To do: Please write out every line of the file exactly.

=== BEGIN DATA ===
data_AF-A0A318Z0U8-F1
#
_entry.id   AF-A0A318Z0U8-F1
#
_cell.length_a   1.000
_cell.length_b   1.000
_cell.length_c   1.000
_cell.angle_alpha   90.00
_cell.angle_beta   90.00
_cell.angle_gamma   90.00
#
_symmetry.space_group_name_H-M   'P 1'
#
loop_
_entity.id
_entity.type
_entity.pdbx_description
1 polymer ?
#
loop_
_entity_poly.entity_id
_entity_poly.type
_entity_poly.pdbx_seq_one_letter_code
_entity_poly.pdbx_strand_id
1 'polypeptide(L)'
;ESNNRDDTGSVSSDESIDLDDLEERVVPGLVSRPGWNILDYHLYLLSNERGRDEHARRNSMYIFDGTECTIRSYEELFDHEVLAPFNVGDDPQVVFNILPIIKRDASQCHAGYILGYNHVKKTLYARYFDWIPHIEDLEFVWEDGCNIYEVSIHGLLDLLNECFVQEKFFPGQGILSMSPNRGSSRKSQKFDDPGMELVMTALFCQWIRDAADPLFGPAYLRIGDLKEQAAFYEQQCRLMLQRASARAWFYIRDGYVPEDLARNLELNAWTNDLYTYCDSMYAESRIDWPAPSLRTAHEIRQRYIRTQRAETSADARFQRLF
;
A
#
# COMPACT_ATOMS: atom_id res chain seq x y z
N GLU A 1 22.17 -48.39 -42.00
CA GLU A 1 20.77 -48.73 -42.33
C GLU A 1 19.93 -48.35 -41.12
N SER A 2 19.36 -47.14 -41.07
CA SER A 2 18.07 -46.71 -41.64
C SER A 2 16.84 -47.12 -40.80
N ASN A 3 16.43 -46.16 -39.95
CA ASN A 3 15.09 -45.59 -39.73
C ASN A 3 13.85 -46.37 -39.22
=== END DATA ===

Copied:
data_AF-A0A318Z0U8-F1
#
_entry.id   AF-A0A318Z0U8-F1
#
_cell.length_a   1.000
_cell.length_b   1.000
_cell.length_c   1.000
_cell.angle_alpha   90.00
_cell.angle_beta   90.00
_cell.angle_gamma   90.00
#
_symmetry.space_group_name_H-M   'P 1'
#
loop_
_entity.id
_entity.type
_entity.pdbx_description
1 polymer ?
#
loop_
_entity_poly.entity_id
_entity_poly.type
_entity_poly.pdbx_seq_one_letter_code
_entity_poly.pdbx_strand_id
1 'polypeptide(L)'
;ESNNRDDTGSVSSDESIDLDDLEERVVPGLVSRPGWNILDYHLYLLSNERGRDEHARRNSMYIFDGTECTIRSYEELFDHEVLAPFNVGDDPQVVFNILPIIKRDASQCHAGYILGYNHVKKTLYARYFDWIPHIEDLEFVWEDGCNIYEVSIHGLLDLLNECFVQEKFFPGQGILSMSPNRGSSRKSQKFDDPGMELVMTALFCQWIRDAADPLFGPAYLRIGDLKEQAAFYEQQCRLMLQRASARAWFYIRDGYVPEDLARNLELNAWTNDLYTYCDSMYAESRIDWPAPSLRTAHEIRQRYIRTQRAETSADARFQRLF
;
A
#
# COMPACT_ATOMS: atom_id res chain seq x y z
N GLU A 1 22.17 -48.39 -42.00
CA GLU A 1 20.77 -48.73 -42.33
C GLU A 1 19.93 -48.35 -41.12
N SER A 2 19.36 -47.14 -41.07
CA SER A 2 18.07 -46.71 -41.64
C SER A 2 16.84 -47.12 -40.80
N ASN A 3 16.43 -46.16 -39.95
CA ASN A 3 15.09 -45.59 -39.73
C ASN A 3 13.85 -46.37 -39.22